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Explaining the Widespread log4j Vulnerability

The log4j security vulnerability is one of the most widespread cybersecurity vulnerabilities in recent years. Here's a non-technical explanation of it.
December 12, 2021
2 min. read

You may have heard about the log4j security vulnerability — one of the most widespread cybersecurity vulnerabilities in recent years.

Here's a non-technical explanation of it:

What is it? It's a vulnerability that was discovered in a piece of free, open source software called log4j. This software is used by thousands of websites and applications, to perform mundane functions most people don't think about, such as logging information for use by that website's developers, for debugging and other purposes.

Every web application needs functionality like this, and as a result, the use of log4j is ubiquitous worldwide. Unfortunately, it turns out log4j has a previously undiscovered security vulnerability where data sent to it through that website — if it contains a special sequence of characters — results in log4j automatically fetching additional software from an external website and running it. If a cyberattacker exploits this, they can make the server that is running log4j run any software they want — including software that can completely take over that server. This is known as a Remote Code Execution (RCE) attack.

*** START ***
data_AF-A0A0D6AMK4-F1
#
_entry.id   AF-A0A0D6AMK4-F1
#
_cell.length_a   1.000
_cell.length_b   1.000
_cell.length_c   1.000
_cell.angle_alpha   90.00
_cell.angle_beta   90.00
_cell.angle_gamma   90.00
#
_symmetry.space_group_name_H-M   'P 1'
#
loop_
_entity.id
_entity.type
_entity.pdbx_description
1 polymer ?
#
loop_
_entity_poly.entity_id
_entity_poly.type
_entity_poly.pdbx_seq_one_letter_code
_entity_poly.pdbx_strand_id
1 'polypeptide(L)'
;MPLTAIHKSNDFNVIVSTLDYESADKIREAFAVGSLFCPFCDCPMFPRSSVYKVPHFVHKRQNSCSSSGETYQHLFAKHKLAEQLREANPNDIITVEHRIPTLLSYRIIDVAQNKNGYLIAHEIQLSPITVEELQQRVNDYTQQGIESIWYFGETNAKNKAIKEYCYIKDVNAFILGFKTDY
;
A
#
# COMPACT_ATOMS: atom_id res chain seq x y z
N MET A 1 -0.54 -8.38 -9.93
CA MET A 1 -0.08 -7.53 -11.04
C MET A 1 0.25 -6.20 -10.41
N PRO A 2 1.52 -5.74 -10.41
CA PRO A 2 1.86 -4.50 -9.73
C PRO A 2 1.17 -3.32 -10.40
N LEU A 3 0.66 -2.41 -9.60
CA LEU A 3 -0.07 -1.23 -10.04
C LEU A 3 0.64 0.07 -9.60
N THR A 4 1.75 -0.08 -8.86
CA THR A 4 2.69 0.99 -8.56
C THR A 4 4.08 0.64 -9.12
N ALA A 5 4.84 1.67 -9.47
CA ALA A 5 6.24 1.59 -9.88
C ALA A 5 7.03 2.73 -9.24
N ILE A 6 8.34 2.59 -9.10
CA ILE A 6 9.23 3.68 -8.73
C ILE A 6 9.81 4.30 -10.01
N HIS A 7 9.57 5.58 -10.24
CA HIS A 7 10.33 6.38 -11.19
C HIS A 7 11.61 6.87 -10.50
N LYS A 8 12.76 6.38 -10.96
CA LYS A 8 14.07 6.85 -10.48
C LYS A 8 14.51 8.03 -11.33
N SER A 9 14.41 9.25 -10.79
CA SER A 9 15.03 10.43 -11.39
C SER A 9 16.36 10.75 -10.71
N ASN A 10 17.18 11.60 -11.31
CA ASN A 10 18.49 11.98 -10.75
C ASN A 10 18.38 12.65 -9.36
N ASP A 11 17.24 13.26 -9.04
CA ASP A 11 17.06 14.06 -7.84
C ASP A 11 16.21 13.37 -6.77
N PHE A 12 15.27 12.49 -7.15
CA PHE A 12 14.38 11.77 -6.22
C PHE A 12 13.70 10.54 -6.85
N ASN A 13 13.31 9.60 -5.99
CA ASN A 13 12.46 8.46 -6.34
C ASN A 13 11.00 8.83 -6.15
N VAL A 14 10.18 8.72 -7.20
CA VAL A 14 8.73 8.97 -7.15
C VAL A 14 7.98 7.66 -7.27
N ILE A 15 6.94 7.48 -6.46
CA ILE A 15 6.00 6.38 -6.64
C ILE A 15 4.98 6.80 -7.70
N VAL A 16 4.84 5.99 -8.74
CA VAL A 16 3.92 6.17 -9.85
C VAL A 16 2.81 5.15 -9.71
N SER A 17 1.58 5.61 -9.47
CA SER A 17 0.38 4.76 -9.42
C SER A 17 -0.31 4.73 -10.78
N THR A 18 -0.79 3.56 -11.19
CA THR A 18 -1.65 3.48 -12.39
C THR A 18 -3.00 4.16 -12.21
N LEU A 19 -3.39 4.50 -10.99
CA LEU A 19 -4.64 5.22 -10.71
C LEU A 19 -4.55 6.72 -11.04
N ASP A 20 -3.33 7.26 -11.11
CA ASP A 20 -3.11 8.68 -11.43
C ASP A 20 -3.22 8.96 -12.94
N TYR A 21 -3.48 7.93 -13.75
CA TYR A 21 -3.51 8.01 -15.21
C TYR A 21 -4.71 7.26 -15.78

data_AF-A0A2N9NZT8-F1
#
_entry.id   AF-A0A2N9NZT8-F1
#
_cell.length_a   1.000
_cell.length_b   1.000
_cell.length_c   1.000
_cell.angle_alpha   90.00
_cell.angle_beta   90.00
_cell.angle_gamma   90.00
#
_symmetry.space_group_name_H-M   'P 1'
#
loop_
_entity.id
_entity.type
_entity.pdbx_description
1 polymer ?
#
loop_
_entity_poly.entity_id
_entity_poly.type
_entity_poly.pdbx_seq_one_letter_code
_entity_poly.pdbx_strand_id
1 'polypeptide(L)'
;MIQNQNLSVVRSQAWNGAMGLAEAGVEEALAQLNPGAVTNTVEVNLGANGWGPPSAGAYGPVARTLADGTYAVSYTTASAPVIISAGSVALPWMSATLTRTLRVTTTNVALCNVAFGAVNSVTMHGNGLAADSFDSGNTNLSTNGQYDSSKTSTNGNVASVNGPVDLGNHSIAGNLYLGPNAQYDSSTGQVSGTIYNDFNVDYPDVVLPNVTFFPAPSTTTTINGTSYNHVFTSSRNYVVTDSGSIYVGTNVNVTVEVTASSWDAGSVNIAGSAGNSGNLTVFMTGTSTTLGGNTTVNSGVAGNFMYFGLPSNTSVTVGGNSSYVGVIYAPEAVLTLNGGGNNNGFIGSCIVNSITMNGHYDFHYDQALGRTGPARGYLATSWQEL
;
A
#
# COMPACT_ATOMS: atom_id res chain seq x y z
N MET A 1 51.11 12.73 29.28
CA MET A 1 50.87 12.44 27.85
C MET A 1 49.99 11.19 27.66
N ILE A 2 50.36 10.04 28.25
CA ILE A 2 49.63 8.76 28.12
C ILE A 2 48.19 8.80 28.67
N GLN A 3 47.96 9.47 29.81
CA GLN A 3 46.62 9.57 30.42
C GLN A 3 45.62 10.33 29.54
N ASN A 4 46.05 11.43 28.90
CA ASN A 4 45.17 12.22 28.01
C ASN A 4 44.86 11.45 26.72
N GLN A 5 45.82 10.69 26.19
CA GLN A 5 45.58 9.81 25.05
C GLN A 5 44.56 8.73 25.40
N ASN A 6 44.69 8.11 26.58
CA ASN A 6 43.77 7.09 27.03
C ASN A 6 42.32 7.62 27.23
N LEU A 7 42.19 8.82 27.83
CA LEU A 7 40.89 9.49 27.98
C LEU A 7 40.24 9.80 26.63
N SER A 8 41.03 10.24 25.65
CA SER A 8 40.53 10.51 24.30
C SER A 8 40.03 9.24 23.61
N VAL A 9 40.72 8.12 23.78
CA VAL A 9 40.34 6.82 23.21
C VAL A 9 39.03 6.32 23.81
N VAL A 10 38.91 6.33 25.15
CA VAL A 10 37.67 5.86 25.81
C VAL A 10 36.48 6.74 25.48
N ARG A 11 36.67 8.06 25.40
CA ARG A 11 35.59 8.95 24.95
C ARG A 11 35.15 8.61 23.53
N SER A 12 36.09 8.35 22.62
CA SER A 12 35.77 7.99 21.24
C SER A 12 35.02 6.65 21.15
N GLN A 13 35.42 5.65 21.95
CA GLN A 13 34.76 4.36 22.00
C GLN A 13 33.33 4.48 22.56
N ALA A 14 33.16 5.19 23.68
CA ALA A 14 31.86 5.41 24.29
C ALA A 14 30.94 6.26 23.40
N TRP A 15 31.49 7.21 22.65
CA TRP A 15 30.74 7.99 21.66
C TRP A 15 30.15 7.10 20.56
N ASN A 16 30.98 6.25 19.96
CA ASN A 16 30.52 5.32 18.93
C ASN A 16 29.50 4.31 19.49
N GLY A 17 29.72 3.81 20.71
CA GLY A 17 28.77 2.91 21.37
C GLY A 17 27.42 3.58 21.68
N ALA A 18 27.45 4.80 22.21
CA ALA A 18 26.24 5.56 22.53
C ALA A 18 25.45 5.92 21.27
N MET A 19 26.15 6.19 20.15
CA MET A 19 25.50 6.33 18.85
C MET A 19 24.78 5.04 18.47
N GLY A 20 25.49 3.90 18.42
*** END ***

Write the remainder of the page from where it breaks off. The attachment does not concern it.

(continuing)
The net result is that, left unaddressed, cyberattackers right now can completely take over thousands of websites and online applications, allowing them to steal money, data, and access. The security community has been completely focused on this vulnerability for the past two days, and updating servers running log4j as quickly as possible to protect against this vulnerability.

The good news is that mitigations are relatively easy to implement. The bad news is that left unmitigated, the vulnerability is extremely easy to exploit. iCloud, Minecraft, Baidu, and many other sites have been confirmed to be vulnerable so far, and you'll likely hear more about many other sites being vulnerable in the coming days. Overall, cybersecurity companies (including F5) have released updates to help companies protect against this vulnerability, and security teams around the world are working on making those updates.

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Authors & Contributors
Shuman Ghosemajumder (Author)
Global Head, Artificial Intelligence

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